WASHINGTON — The Justice Department is investigating claims that major drug and medical device companies doing business in Iraq knew that the free medicines and supplies they gave the government to win business there would be used to underwrite terrorist attacks on American troops.
In a regulatory filing last week, AstraZeneca, a drugmaker based in Britain, disclosed that it had “received an inquiry from the U.S. Department of Justice in connection with an anti-corruption investigation relating to activities in Iraq.”
The filing said the inquiry was related to a lawsuit filed last year in federal court that accused five companies of winning contracts to sell their products to the Iraqi Ministry of Health with the understanding that they also provide additional medical supplies and medicines for free. The five companies are General Electric, Johnson & Johnson, Pfizer, Roche Holding A.G. and AstraZeneca.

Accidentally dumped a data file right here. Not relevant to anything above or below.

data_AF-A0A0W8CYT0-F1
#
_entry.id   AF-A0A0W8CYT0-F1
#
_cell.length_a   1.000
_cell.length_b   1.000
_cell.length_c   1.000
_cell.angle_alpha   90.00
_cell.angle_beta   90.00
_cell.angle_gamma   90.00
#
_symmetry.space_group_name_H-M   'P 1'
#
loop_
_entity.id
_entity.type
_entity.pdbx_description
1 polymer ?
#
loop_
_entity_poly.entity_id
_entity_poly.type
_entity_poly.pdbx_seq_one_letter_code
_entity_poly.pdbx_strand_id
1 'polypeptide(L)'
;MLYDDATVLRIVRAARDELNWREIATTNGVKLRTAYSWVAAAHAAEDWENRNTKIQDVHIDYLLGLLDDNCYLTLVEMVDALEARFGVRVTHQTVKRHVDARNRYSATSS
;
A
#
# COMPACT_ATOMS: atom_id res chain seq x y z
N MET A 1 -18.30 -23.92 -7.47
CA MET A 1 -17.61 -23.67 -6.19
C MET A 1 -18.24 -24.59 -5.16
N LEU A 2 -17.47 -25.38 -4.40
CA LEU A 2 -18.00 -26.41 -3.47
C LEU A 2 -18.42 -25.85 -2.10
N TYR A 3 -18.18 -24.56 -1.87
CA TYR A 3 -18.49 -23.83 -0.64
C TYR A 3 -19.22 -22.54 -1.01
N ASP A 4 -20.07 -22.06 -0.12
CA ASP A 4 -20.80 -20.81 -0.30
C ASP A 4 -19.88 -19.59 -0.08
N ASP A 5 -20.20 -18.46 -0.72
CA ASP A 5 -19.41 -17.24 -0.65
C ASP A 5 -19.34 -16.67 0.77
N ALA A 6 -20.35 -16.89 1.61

The lawsuit was filed on behalf of members of the American military who were injured or killed in attacks from 2005 to 2009, at the height of the Iraq war.
At the time, the health ministry was controlled by followers of Moktada al-Sadr, a firebrand cleric and the leader of the Mahdi Army, whose death squads against Iraqi Sunnis brought the country to the brink of civil war. The lawsuit claims that lieutenants of Mr. Sadr, who was once seen as very close to Iran but has since refashioned himself into an Iraqi nationalist, sold the samples on Iraq’s black market to fund their attacks on American forces.
“As alleged by more than 300 Americans, Iranian-backed terrorists have used corruption at the Iraqi health ministry to help fund their terrorist operations in Iraq since at least 2004,” Ryan Sparacino, a lawyer representing the plaintiffs, said in a statement on Tuesday.
Michele Meixell, an AstraZeneca spokeswoman, declined to comment.
In a court filing in April, the defendants in the lawsuit said the United States government encouraged them to do business with the government of Iraq.
“The United States expressly encouraged companies to sell and to donate to the ministry millions of dollars’ worth of medicines and medical supplies,” the defendants’ filing states.